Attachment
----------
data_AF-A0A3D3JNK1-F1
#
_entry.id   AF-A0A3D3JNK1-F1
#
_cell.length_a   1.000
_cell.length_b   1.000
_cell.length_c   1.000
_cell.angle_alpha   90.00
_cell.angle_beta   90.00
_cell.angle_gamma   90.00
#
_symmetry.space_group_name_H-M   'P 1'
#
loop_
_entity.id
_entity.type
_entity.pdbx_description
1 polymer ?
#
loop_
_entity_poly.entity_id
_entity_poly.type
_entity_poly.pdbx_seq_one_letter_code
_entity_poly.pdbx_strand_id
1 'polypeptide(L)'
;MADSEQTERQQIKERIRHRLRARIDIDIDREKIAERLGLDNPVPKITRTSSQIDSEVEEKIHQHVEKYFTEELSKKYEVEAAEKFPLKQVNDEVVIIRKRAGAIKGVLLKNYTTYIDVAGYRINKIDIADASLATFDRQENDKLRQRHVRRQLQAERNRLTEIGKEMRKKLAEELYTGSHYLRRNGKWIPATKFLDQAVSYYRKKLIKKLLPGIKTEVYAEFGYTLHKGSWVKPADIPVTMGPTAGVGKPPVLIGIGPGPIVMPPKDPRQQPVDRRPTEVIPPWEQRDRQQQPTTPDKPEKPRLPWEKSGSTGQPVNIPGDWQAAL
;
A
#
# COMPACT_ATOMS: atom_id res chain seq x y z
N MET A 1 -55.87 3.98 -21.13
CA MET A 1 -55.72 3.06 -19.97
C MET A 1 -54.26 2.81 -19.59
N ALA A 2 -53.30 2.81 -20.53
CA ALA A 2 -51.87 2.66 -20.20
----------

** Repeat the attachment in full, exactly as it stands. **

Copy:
data_AF-A0A3D3JNK1-F1
#
_entry.id   AF-A0A3D3JNK1-F1
#
_cell.length_a   1.000
_cell.length_b   1.000
_cell.length_c   1.000
_cell.angle_alpha   90.00
_cell.angle_beta   90.00
_cell.angle_gamma   90.00
#
_symmetry.space_group_name_H-M   'P 1'
#
loop_
_entity.id
_entity.type
_entity.pdbx_description
1 polymer ?
#
loop_
_entity_poly.entity_id
_entity_poly.type
_entity_poly.pdbx_seq_one_letter_code
_entity_poly.pdbx_strand_id
1 'polypeptide(L)'
;MADSEQTERQQIKERIRHRLRARIDIDIDREKIAERLGLDNPVPKITRTSSQIDSEVEEKIHQHVEKYFTEELSKKYEVEAAEKFPLKQVNDEVVIIRKRAGAIKGVLLKNYTTYIDVAGYRINKIDIADASLATFDRQENDKLRQRHVRRQLQAERNRLTEIGKEMRKKLAEELYTGSHYLRRNGKWIPATKFLDQAVSYYRKKLIKKLLPGIKTEVYAEFGYTLHKGSWVKPADIPVTMGPTAGVGKPPVLIGIGPGPIVMPPKDPRQQPVDRRPTEVIPPWEQRDRQQQPTTPDKPEKPRLPWEKSGSTGQPVNIPGDWQAAL
;
A
#
# COMPACT_ATOMS: atom_id res chain seq x y z
N MET A 1 -55.87 3.98 -21.13
CA MET A 1 -55.72 3.06 -19.97
C MET A 1 -54.26 2.81 -19.59
N ALA A 2 -53.30 2.81 -20.53
CA ALA A 2 -51.87 2.66 -20.20